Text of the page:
A warehouse developer has purchased a huge tract of land in North Las Vegas and plans to build a 4.5 million-square-foot industrial park.
VanTrust Real Estate acquired about 350 acres at the southern edge of Apex Industrial Park and noted in a news release it was one of the largest land deals by a private developer in Southern Nevada in recent years.
The $44.75 million sale, by a group managed by Southern Nevada land investor and broker Mason Harvey, closed March 31, property records indicate.
VanTrust expects to start infrastructure work this fall and to finish the first phase of the complex, comprising around 1.5 million square feet, in 2023, said Keith Earnest, executive vice president of national accounts.
“We feel it’s a really great time to have a project of this magnitude,” he said.
Developers have been on a warehouse-building spree in Southern Nevada for years, in many cases filling them with e-commerce firms. North Las Vegas has been an especially popular spot for large distribution centers, as big chunks of land have been available at relatively low prices there, and officials have expanded the city’s infrastructure.
Apex itself has plodded along for decades with little development amid a dearth of utilities, although water service is on the way. Earnest pointed to the new water line along his firm’s land and said its project there, while not in the heart of Apex, will be its first in the remote industrial park.
VanTrust is already a big warehouse developer in North Las Vegas, having put up facilities occupied by such companies as e-commerce giant Amazon, baby products maker The Honest Co., makeup retailer Sephora and sports apparel site Fanatics.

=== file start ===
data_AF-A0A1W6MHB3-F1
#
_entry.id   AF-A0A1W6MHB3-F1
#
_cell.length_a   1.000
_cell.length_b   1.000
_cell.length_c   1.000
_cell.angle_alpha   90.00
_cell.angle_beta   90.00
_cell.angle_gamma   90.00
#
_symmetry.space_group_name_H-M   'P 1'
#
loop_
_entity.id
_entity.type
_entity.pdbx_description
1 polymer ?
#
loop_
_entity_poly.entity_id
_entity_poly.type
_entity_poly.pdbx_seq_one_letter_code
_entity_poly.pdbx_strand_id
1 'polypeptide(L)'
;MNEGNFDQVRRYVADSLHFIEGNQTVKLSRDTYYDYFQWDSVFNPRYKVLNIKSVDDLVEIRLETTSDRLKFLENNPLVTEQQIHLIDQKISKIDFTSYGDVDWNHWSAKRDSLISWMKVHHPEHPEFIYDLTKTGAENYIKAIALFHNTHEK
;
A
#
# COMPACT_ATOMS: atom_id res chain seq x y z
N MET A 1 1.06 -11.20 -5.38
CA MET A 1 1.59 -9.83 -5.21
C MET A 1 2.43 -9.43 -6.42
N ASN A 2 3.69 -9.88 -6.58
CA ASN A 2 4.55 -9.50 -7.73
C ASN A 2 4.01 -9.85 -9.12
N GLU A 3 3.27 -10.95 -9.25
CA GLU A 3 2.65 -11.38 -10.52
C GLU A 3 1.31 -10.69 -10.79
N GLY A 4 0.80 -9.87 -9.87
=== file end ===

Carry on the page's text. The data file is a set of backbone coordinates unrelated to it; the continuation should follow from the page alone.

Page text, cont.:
Overall, VanTrust built around 5.5 million square feet of industrial space in North Las Vegas in recent years and has sold it all, Earnest confirmed.
Last May, for instance, the company sold an 855,000-square-foot Amazon warehouse for $110 million to a Los Angeles investment firm.
Earnest said that the industrial real estate sector initially slowed when the coronavirus pandemic sparked sweeping business closures and other chaos last year, but that the market regained its footing. It’s been helped by a surge in online shopping, as people have stayed home over fears of the virus and bought even more online than they did before the outbreak, fueling demand for distribution space.
Harvey said his group acquired the recently sold land in 2004 as a speculative investment, noting the economy was in “high gear” at the time as easy money fueled Southern Nevada’s real estate boom.
But, as Harvey noted, the economy eventually crashed, North Las Vegas declared a fiscal emergency, and utilities didn’t arrive at Apex.
When city officials announced in 2018 that a groundbreaking ceremony was held for a 12-mile surface water pipeline to Apex, the news release declared: “Decades-old problem solved: Water coming to North Las Vegas’ Apex Industrial Park.”
“It has a lot going for it now that we have water,” Harvey said of the land he sold.
The first phase of the water pipeline is expected to come online by the end of the month, and the second phase is scheduled to be completed at the end of 2022, North Las Vegas spokesman Patrick Walker said Wednesday.